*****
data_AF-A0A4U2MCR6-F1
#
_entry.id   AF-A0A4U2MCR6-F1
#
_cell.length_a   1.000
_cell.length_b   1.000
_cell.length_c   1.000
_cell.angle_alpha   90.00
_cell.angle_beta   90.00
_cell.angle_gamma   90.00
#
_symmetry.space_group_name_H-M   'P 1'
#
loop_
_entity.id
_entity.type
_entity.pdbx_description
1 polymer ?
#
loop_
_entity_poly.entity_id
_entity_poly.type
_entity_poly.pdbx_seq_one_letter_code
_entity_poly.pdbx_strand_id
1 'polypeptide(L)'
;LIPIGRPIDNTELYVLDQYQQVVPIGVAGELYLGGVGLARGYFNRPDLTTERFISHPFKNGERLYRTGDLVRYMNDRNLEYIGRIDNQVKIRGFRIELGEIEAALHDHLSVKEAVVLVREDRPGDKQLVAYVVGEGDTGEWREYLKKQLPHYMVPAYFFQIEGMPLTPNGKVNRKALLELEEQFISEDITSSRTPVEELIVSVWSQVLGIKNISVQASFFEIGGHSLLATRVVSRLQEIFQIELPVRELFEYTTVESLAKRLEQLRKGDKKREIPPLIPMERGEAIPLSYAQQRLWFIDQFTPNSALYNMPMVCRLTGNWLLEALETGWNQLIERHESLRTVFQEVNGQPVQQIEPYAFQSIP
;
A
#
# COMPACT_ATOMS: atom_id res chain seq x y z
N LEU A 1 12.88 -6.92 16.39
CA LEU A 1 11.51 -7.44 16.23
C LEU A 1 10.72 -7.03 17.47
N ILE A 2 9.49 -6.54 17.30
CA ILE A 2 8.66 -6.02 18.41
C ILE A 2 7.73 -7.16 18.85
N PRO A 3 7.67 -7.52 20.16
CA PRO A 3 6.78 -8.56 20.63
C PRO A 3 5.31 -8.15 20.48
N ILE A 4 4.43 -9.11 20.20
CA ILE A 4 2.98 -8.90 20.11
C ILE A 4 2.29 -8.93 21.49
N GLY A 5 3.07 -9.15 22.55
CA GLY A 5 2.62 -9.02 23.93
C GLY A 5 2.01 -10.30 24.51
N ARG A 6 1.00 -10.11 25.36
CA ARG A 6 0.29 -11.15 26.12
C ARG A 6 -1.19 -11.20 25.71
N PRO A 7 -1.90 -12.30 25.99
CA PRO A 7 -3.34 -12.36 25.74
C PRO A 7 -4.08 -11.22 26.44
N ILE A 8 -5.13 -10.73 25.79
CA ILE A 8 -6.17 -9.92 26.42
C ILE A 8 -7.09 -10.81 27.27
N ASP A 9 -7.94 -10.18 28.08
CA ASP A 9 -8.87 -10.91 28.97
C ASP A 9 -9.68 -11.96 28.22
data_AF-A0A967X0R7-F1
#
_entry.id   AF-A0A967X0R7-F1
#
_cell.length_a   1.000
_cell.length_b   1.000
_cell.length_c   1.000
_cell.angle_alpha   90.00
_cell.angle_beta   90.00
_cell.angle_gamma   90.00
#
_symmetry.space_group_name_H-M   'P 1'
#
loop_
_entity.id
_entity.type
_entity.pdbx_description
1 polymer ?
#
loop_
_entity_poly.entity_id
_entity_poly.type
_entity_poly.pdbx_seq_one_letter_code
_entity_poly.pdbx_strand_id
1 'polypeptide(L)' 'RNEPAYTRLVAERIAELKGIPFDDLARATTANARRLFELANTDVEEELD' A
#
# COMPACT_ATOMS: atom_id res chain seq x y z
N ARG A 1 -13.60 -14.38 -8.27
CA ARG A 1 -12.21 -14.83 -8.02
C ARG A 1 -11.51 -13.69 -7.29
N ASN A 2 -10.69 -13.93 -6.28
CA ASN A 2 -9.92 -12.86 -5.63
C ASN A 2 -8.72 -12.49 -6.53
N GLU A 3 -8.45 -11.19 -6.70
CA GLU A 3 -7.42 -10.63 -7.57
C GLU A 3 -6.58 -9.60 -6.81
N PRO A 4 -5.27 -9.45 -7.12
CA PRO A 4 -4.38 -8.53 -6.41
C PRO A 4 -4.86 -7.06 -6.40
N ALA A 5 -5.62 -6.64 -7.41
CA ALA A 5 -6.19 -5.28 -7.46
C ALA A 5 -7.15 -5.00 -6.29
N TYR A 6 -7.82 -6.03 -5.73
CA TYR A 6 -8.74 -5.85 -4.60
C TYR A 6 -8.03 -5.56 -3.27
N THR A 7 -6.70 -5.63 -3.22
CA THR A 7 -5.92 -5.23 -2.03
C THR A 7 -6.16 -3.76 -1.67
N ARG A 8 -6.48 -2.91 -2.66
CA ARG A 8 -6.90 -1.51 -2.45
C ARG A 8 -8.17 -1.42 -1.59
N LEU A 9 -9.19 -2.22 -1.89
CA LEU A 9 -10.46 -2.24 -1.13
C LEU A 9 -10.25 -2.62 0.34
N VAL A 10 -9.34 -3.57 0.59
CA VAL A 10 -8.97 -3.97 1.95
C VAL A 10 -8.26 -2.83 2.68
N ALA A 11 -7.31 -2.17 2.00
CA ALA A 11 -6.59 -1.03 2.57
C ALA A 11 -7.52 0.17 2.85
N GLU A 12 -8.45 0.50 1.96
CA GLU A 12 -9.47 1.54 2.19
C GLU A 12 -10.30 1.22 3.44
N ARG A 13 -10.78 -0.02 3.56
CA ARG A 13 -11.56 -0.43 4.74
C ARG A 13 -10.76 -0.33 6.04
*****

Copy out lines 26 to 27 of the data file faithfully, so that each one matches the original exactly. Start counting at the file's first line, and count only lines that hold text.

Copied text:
;LIPIGRPIDNTELYVLDQYQQVVPIGVAGELYLGGVGLARGYFNRPDLTTERFISHPFKNGERLYRTGDLVRYMNDRNLEYIGRIDNQVKIRGFRIELGEIEAALHDHLSVKEAVVLVREDRPGDKQLVAYVVGEGDTGEWREYLKKQLPHYMVPAYFFQIEGMPLTPNGKVNRKALLELEEQFISEDITSSRTPVEELIVSVWSQVLGIKNISVQASFFEIGGHSLLATRVVSRLQEIFQIELPVRELFEYTTVESLAKRLEQLRKGDKKREIPPLIPMERGEAIPLSYAQQRLWFIDQFTPNSALYNMPMVCRLTGNWLLEALETGWNQLIERHESLRTVFQEVNGQPVQQIEPYAFQSIP
;